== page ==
Young men who have sex with men (YMSM) are profoundly impacted by HIV/AIDS in the United States, but relatively little research has evaluated HIV risk in this population. Notably, binge drinking and illicit drug use have been found to consistently predict sexual risk behavior in YMSM, but few studies have focused on developing interventions for substance-using YMSM. Behavioral diaries are widely-used as a survey method for observing change in health-related behaviors, and behavioral self-monitoring strategies are also frequently used in clinical interventions to induce health-behavior change. Social cognitive processes such as motivation influence the success of self-monitoring, and our previous research found that MSM with greater HIV risk reduction motivation were more likely to reduce their reported unprotected sex over the course of a sexual diary study. However, it is unclear whether motivated MSM simply reduced their sexual risk behavior on their own, or whether they actually benefited from self-monitoring. Despite recent calls to examine the utility of self- monitoring and diary approaches to change sexual risk behavior in YMSM specifically, several important questions remain unanswered: 1) When do sexual diary studies become self-monitoring interventions?;and 2) For whom do self-monitoring diaries serve as interventions? The overarching goal of this study is to examine the conditions under which sexual diaries become self-monitoring interventions for binge-drinking and drug- using YMSM in order to maximize their value as a tool for observation and intervention. To achieve this goal, we will examine the following specific aims:
Aim 1 : Describe which YMSM, under which situational and contextual conditions, show change in reported sexual risk behavior using web-based behavioral diaries;
Aim 2 : Experimentally compare frequencies of behavioral diary administration on change in reported sexual risk behavior and participant attrition;
and Aim 3 : Test the effect of delivering individualized risk behavior feedback. The proposed study will recruit 360 binge-drinking and/or drug-using YMSM (ages 16-29) online into a 2-month web-based sexual diary study. In accordance with Aim 1, we will examine group differences in change in reported sexual risk behavior by age cohort (adolescents, emerging adults, young adults), as well as the influence of social cognitive variables (HIV risk reduction motivation, intentions, and self-efficacy) and substance use (alcohol and illicit drug use) on sexual risk behavior. To achieve Aim 2, we will evaluate differences in reported behavior change and participant attrition by frequency of behavioral diary administration (daily diaries, weekly diarie, or no diaries).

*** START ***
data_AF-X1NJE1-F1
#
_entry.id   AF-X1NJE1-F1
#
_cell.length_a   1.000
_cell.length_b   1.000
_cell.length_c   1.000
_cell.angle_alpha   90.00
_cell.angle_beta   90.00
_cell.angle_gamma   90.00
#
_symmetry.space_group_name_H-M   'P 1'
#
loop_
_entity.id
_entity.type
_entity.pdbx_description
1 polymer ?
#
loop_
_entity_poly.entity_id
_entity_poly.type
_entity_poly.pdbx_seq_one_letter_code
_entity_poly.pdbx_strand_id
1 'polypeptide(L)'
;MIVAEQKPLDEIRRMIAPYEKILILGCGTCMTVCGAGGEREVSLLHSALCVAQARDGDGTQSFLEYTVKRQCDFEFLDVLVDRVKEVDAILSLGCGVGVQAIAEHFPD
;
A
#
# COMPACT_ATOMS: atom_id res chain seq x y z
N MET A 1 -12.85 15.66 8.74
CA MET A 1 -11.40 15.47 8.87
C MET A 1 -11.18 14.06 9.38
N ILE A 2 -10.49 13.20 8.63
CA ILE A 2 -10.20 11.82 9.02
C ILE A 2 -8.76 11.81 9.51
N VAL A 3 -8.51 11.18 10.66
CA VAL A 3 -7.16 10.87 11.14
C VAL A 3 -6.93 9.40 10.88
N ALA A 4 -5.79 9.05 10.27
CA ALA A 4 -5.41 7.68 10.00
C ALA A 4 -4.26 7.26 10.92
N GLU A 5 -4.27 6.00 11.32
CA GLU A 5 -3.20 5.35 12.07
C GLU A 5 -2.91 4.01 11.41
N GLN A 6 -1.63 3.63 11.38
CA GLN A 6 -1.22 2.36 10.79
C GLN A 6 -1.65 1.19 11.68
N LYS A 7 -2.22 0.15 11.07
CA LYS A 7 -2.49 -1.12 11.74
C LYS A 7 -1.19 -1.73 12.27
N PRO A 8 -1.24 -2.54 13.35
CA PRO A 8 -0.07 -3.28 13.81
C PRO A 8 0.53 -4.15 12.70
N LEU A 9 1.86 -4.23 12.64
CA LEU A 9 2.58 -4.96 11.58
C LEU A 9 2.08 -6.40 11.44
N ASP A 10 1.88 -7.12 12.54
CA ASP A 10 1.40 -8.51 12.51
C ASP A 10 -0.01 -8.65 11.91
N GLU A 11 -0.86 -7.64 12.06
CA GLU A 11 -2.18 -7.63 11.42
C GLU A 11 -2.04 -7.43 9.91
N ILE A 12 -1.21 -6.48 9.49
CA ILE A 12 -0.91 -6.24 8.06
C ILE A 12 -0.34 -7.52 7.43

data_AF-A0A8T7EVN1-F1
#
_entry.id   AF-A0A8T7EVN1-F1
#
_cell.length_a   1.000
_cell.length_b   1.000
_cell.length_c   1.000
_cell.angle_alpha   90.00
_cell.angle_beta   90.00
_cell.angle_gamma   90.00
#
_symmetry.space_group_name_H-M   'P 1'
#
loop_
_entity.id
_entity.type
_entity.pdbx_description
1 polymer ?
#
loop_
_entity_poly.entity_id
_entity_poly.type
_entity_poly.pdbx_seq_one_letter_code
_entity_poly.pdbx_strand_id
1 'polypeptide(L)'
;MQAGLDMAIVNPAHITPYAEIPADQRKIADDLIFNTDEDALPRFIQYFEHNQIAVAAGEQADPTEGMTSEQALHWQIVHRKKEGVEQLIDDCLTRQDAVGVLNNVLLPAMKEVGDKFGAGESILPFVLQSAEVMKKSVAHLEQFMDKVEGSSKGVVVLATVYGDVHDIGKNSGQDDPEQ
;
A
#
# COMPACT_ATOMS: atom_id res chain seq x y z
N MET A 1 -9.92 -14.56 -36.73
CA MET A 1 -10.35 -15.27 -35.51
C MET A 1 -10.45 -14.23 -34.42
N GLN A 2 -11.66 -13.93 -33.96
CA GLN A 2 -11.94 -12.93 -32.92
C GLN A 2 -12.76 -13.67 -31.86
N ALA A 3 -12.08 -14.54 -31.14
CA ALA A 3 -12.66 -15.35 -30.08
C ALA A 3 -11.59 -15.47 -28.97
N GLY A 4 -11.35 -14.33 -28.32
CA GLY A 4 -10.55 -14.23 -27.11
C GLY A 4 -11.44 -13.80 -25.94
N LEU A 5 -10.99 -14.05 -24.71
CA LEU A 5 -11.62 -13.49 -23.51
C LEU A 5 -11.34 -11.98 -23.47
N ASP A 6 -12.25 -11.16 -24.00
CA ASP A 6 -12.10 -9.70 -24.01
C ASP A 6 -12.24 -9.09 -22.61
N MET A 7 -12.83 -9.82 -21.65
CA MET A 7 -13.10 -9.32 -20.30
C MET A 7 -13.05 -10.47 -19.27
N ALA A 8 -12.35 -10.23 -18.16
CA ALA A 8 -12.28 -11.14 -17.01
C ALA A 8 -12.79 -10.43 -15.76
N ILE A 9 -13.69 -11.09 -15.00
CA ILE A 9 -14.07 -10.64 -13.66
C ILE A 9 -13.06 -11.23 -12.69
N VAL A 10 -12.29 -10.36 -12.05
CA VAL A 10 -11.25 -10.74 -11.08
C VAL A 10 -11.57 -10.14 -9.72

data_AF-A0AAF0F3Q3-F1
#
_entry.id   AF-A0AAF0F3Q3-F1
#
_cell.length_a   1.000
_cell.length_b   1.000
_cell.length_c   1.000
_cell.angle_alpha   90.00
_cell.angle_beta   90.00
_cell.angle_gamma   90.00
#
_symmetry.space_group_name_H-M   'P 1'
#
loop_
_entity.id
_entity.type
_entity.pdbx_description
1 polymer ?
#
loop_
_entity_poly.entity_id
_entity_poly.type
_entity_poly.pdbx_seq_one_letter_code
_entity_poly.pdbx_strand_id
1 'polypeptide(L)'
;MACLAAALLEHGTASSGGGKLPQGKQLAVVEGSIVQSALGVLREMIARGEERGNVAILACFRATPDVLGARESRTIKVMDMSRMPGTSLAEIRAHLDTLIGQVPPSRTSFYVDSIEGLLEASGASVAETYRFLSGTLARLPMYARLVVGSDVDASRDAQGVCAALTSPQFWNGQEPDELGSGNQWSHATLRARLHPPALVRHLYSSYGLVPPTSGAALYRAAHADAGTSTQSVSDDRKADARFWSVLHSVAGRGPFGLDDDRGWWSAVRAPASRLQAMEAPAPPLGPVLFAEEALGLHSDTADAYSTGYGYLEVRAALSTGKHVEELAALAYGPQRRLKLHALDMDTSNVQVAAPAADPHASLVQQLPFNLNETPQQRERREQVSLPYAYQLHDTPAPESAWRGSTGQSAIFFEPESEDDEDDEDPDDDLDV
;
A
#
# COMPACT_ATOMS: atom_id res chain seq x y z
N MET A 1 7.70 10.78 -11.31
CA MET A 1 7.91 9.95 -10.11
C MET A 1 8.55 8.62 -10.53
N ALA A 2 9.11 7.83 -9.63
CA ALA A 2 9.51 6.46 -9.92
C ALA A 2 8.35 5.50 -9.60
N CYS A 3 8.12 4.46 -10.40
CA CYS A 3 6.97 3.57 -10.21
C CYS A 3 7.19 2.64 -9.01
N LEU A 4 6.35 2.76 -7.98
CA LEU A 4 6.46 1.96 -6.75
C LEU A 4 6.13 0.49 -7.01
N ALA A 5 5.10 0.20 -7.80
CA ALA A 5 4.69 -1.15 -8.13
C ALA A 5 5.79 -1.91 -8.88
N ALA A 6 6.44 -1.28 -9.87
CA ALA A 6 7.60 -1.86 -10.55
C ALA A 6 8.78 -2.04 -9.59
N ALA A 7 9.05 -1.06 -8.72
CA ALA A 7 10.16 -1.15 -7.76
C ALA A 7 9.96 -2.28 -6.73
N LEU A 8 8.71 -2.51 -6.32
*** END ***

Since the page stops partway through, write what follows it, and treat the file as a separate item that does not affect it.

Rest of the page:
For Aim 3, we will test the effect of providing individualized risk behavior feedbak by randomizing YMSM into feedback or no feedback groups. Risk behavior feedback will illustrate: frequency of sexual risk behavior, substance use, and the correlation between these variables. The data collected in this study will aid the PI in transitioning to intervention development research and support a larger grant application to develop a self-monitoring intervention for substance-using YMSM.
Young men who have sex with men (YMSM) are profoundly impacted by HIV/AIDS in the United States, and binge-drinking and illicit drug-use are major risk factors for HIV acquisition in this population. Sexual diary methodology is a useful observational tool and may provide an important avenue for HIV intervention in this population, but there is limited empirical research examining the utility of behavioral diaries as self-monitoring intervention strategies. The proposed study aims to examine the conditions under which sexual diaries become self-monitoring interventions for binge-drinking and drug-using YMSM in order to maximize their value as a tool for observation and intervention.
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